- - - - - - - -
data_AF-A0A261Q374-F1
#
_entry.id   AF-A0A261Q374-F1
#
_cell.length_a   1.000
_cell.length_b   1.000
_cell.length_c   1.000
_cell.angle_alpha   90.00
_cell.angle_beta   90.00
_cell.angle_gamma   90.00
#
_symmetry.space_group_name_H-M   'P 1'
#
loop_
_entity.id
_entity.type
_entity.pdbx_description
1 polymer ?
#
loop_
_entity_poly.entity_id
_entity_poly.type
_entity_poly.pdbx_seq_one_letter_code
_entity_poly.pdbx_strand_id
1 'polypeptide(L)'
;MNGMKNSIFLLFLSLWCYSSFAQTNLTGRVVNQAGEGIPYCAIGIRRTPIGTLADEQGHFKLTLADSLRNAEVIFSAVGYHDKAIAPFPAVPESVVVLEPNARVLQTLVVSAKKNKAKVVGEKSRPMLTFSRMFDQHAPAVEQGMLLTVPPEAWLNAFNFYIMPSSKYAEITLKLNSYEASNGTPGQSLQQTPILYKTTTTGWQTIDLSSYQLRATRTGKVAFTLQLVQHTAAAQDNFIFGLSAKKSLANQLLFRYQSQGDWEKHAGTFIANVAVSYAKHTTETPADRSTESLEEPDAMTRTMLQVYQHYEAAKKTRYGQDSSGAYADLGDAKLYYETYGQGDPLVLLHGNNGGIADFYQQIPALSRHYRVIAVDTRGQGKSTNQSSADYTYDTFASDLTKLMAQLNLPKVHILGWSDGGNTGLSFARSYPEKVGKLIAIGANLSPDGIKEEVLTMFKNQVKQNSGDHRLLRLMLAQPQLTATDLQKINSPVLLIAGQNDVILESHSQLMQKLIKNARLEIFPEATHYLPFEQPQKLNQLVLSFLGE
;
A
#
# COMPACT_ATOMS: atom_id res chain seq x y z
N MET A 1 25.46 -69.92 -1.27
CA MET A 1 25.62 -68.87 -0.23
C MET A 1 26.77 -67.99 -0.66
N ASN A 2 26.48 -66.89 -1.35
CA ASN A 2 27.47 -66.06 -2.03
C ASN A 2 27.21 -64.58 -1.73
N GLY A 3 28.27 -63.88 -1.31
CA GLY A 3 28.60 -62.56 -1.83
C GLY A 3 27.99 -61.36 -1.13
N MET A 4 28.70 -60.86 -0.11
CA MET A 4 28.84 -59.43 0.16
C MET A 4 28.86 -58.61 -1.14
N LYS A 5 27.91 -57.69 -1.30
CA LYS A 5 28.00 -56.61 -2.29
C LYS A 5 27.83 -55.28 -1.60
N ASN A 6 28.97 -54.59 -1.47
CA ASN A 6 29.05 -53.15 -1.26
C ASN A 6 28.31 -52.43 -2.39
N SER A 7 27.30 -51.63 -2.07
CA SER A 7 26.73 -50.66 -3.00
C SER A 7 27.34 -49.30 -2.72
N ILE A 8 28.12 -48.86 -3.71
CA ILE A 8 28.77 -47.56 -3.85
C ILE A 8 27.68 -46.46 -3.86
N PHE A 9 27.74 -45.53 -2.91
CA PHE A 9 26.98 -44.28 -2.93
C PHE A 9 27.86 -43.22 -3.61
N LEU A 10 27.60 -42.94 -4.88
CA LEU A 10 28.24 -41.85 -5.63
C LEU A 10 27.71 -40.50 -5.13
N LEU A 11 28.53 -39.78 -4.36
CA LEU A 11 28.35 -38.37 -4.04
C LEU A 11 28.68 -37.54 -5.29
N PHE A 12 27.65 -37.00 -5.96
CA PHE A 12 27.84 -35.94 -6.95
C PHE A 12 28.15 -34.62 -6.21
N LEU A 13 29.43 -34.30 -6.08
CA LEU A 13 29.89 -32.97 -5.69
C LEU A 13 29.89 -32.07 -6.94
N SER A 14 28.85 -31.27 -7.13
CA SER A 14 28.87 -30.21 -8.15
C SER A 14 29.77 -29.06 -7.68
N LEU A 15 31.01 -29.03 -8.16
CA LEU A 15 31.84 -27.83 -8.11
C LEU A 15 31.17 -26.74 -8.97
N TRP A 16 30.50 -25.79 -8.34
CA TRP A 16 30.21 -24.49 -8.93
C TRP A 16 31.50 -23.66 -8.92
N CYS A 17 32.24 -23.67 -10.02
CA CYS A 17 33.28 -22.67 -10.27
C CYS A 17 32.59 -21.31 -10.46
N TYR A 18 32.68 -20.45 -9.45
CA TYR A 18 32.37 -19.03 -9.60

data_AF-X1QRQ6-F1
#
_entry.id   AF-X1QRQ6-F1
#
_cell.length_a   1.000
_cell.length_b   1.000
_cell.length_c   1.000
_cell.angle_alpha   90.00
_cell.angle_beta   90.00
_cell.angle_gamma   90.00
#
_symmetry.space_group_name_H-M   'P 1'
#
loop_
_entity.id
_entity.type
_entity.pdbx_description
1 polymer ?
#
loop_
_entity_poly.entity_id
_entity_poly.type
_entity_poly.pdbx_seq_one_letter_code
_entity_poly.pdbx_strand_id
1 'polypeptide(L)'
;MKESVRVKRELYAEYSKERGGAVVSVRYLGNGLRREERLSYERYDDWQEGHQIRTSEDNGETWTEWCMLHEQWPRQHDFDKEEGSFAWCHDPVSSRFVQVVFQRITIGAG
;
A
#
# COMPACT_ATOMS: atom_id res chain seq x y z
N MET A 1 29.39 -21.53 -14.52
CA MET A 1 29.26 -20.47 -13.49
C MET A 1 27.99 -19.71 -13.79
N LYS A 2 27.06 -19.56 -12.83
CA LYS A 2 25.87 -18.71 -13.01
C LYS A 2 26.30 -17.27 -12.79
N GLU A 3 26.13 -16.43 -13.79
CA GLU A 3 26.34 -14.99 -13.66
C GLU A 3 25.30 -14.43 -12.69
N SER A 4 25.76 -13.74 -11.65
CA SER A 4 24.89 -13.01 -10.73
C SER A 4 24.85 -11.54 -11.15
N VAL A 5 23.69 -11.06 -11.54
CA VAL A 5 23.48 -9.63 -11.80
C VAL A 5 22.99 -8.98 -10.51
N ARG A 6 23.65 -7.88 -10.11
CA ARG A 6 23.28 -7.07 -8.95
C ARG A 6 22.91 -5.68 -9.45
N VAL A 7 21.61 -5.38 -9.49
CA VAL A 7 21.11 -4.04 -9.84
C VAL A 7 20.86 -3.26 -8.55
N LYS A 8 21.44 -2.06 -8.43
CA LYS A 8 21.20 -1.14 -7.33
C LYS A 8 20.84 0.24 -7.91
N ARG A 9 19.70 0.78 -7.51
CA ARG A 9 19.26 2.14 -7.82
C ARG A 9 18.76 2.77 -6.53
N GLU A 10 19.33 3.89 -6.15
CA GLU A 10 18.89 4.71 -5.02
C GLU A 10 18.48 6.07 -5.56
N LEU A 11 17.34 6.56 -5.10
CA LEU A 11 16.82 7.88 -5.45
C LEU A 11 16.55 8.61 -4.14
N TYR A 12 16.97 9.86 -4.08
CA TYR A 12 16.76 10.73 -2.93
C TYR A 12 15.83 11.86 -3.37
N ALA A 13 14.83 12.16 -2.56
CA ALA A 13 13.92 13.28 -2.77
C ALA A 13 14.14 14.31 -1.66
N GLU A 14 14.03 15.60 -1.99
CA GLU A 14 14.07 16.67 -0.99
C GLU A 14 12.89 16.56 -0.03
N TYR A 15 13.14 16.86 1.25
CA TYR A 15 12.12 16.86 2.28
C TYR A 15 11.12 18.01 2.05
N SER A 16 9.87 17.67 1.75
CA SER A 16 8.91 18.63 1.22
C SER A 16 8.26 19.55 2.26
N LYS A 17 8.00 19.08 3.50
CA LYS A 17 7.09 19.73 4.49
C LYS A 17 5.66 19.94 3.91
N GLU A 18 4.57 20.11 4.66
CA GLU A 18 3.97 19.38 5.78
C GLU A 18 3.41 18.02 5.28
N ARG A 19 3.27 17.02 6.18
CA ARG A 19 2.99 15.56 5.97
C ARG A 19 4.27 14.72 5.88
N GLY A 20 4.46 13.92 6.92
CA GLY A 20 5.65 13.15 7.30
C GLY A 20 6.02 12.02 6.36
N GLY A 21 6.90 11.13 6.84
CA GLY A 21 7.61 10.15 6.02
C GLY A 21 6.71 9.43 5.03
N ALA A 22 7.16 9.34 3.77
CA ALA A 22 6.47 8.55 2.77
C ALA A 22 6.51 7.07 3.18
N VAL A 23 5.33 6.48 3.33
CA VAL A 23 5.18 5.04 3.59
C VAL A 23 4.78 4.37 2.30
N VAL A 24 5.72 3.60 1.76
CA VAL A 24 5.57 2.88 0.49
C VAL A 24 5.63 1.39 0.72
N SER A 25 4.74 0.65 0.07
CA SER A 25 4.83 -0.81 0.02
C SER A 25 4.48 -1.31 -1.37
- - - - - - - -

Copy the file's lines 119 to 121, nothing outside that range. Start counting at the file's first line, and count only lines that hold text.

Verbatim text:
C LYS A 2 26.30 -17.27 -12.79
N GLU A 3 26.13 -16.43 -13.79
CA GLU A 3 26.34 -14.99 -13.66